Q

FOX, FAIRBANKS, ALASKA

holocene

Loess or reworked loess

Paleosol, peat, or woody zone

Tephra

FIGURE 21 Modern summer and winter circulation patterns over a portion of the Atlantic Ocean, the location of modern Saharan dust plumes, and the ratio of last glacial maximum (LGM) to modern dust fluxes as recorded in deep-sea cores between Africa and South America. (Redrawn from Ruddiman 1997.)

and Nees, 1977), but measurable dust has been collected in Florida and Barbados most years since collections began in the 1960s (Prospero, 1981).

It has been known for some time that deep-sea sediments in the Atlantic Ocean that date to the LGM are enriched in quartz relative to Holocene sediments (Bowles, 1975; Kolla et al., 1979). Quartz enrichment in the North Atlantic is due to ice rafting, but in the equatorial Atlantic it is interpreted to be the result of westward eolian transport of quartz-rich particles from Africa via the trade winds. Deep-sea sediment records and soils indicate that African dust transport to the Atlantic Ocean and the Americas have been an important process for hundreds of thousands of years, and show distinctive maxima (Fig. 22). At site 663A in the Atlantic Ocean, maximum fluxes of African dust to the Atlantic Ocean generally occur during glacial or stadial periods, whereas peak interglacial periods have low dust fluxes (deMenocal et al., 1993; Ruddiman, 1997). Studies of soils on high-purity carbonate reef terraces and eolian-ites on Barbados, the Bahamas, and the Florida Keys show that they are unlikely to have formed as residual products by carbonate dissolution (Muhs et al., 1987, 1990). Lesser Antilles island arc volcanic ash deposition on these islands has been an important process in the Quaternary period (Carey and Sigurdsson, 1980). It is possible that soils have developed primarily from this source. However, geochemical analyses show that African dust is a much more likely parent material and has been so for the last several glacial-interglacial cyles (Fig. 22).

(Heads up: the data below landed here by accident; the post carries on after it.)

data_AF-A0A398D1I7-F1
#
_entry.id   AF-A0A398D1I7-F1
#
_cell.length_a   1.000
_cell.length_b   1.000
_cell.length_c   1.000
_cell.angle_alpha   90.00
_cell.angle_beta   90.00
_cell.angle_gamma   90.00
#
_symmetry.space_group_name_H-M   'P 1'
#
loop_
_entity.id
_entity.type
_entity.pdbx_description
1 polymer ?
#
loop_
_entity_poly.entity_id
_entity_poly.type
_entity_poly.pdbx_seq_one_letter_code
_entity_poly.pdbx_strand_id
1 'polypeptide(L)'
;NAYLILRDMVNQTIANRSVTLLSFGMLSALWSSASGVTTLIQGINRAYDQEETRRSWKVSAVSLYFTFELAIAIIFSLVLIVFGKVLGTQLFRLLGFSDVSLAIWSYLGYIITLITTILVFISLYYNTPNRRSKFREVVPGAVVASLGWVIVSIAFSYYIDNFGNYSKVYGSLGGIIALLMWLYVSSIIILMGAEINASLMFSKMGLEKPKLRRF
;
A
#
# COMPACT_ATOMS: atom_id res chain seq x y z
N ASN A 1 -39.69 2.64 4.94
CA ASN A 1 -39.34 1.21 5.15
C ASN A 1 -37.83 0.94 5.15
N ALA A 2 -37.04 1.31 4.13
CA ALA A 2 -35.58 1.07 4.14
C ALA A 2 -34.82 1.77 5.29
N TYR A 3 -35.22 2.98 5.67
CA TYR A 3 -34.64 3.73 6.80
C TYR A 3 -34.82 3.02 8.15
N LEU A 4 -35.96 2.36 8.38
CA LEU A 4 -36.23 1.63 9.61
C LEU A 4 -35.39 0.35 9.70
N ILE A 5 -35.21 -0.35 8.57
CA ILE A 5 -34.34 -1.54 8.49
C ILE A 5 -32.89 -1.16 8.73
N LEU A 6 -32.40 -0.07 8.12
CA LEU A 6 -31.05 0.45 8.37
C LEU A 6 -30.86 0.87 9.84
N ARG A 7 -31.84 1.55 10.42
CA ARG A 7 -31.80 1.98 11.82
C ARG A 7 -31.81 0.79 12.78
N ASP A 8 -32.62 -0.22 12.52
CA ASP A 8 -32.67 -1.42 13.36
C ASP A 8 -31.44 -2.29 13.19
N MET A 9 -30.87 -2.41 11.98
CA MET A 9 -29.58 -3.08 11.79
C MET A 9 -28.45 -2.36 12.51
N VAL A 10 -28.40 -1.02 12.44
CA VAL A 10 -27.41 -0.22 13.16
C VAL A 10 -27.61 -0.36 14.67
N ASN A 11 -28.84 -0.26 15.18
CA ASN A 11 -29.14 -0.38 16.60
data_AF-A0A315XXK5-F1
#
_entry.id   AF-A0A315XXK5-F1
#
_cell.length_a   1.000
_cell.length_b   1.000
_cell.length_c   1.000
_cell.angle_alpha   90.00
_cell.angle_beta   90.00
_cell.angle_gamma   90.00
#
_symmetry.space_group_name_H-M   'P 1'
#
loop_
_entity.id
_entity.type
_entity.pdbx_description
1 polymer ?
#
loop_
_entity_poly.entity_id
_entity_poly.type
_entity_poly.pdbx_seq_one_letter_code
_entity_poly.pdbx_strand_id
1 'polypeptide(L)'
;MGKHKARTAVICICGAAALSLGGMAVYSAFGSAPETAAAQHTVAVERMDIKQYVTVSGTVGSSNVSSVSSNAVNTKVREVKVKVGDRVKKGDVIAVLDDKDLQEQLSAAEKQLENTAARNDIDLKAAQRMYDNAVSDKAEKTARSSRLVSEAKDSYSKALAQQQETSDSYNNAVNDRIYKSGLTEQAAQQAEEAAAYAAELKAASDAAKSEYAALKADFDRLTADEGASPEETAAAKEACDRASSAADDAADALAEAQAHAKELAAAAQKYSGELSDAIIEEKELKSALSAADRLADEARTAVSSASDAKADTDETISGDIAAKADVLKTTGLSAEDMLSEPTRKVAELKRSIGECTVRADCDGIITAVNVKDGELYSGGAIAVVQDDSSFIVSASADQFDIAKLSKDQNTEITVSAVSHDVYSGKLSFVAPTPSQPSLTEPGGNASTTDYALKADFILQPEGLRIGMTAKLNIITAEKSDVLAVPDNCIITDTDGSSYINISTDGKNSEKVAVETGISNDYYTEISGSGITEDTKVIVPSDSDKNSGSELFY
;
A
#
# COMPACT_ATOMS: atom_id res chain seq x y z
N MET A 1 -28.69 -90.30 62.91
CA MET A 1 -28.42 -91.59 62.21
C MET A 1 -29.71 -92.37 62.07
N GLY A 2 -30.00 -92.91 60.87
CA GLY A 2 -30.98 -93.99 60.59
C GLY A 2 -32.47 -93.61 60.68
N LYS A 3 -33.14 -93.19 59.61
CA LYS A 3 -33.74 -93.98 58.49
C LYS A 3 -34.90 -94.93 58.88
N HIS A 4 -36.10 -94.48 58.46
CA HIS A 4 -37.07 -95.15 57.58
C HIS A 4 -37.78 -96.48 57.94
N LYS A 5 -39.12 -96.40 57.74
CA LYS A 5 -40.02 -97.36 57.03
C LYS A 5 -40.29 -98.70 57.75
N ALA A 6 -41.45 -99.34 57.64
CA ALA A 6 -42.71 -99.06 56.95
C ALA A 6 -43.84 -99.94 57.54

Some of the highest resolution paleoclimate records of the Americas are ice cores from glaciers in the high Andes of South America. Dust flux is one of the records available from these cores, and there are differences over both time and space. The Huascaran, Peru, ice core shows a dust flux during the LGM that is about 200 times greater than most Holocene values (Thompson et

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